By Sally Madison
Eleanor was frozen, awestruck, at the sound and fury coming from the west. Hurricanes were a whisper compared to the huge roaring phantom locomotive that was barreling across the plains. The thirty-foot wake of dirt, gradated from near-black at the ground to a tan in the giant curl of dirt and dust rolling across the fields, gobbling the sparse trees along the country lane.
The alarm in her soul finally awoke when the dust stung her eyes, and she quickly covered her mouth and nose with her apron, to block out the dirt as the dust storm ripped at her hair and skirt. Fear struck Eleanor’s heart as she quickly shepherded the children into the house. They each grabbed their favorite toy – a book of Robin Hood, a cornhusk doll and a little wooden tractor – and then hid under the bed. Eleanor grabbed her Bible and began to search. ‘Where in Genesis was it? No, Exodus. Moses told the pharaoh of the torments he would suffer when the sand turned to gnats. This certainly is the end of the world, why was she being tortured like this? Surely, God was not this angry with her.
She peaked out the door, wondering what was keeping Joseph so long. The chickens were scurrying to the coupe, she could see some were squawking while being lifted by the wind, but she couldn’t hear the squawking through the din of the phantom locomotive of wind. Terror struck her heart, as she saw the barn roof and wall crack, for fear that the barn would collapse on Joseph. She slammed the door shut at the possibility and turned her attention to the present.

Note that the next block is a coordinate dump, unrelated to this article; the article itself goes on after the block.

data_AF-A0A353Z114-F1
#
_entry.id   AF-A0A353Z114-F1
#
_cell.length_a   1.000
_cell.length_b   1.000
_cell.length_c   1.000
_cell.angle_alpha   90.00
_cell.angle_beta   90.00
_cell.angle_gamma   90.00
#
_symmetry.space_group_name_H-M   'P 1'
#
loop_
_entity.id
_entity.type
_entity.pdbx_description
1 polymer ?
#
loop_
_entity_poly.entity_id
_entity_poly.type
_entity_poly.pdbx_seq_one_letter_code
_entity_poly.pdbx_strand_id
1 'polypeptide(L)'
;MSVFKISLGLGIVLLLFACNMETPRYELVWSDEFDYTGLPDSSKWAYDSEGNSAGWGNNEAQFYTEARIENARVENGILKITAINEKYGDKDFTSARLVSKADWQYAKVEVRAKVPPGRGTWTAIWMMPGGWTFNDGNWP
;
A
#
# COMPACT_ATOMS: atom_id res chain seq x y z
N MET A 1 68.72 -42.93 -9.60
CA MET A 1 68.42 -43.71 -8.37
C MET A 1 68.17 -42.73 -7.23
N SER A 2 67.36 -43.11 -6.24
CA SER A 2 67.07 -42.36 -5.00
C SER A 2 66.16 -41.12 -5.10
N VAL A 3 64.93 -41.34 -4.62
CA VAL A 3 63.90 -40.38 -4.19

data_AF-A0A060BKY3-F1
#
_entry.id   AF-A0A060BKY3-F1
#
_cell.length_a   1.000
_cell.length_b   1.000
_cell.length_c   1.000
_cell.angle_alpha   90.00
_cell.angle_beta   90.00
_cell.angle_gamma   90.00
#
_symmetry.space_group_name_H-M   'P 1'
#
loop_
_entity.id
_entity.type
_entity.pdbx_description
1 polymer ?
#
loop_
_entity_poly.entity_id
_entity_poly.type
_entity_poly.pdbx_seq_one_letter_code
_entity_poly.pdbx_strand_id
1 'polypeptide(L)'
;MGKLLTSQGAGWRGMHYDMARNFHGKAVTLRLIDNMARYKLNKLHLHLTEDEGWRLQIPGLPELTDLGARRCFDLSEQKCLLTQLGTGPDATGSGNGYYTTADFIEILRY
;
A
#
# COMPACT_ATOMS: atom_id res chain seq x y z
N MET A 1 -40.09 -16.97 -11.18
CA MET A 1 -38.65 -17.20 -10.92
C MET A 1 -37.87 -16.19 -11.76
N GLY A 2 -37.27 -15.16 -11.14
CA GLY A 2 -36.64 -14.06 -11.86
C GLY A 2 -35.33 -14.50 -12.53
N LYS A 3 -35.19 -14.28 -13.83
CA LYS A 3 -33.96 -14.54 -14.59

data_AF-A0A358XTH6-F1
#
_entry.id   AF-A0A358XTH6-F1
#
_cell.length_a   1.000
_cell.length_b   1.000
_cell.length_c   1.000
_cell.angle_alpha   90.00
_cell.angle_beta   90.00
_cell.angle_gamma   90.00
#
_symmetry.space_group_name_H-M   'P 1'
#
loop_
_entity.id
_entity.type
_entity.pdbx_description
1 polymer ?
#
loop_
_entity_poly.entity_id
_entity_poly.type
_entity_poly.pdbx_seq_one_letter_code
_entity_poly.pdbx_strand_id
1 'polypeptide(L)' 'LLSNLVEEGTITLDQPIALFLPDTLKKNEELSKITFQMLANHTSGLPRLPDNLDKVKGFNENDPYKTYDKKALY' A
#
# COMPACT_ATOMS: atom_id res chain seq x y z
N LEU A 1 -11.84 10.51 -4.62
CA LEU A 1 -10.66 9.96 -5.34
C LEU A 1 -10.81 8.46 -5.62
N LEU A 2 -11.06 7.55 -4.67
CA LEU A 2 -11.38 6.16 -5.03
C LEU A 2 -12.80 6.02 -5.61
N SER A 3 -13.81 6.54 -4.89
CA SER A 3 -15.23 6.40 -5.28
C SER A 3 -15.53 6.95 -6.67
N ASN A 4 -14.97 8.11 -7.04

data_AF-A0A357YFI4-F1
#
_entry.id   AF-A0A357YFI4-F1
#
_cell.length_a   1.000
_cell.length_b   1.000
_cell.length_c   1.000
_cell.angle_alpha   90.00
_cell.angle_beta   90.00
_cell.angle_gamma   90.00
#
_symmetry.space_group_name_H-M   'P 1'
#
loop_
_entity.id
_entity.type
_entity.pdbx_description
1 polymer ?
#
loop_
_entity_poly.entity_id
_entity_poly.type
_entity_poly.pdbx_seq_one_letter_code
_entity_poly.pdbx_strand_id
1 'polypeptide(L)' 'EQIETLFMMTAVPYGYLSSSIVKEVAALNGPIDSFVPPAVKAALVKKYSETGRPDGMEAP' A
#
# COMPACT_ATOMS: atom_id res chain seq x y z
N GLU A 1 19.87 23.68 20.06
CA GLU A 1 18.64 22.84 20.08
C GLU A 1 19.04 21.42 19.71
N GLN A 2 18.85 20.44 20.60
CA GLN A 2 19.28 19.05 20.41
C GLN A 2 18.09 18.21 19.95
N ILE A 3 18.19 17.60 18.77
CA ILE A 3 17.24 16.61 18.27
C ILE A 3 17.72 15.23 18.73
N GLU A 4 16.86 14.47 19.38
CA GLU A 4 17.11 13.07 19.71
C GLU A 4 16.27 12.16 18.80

Grabbing a piece of wood to stoke the stove, she opened the stove door just as the wind caught the chimney, forcing a downdraft. The flames burst out the opened stove door, Eleanor screamed, raising her arm quickly, as the flames attacked her, and she fell backward onto the floor.
In a flash, two pairs of feet dashed across the floor. James slammed the stove door shut, grabbed the braided rag rug and wrapped Eleanor in it, suffocating the flames. Olivia ran to the sink and started pumping for the water deep under the house. James placed Eleanor’s good arm around his neck and, with his arm around her waist, helped her to her feet and to the kitchen sink.
Tommy, not to be left behind, came toddling out from under the bed and grabbed his mother’s skirt. Olivia gently pulled Tommy away and hugged him, while coaxing him to the rocking chair. Tommy, confused by all the screaming, was hesitant until he was promised a story.
Just then, the door, caught by the wind, crashed open and Joseph struggled in and barred the door shut. He heard the crying, and was shocked that it was Eleanor crying, not the children.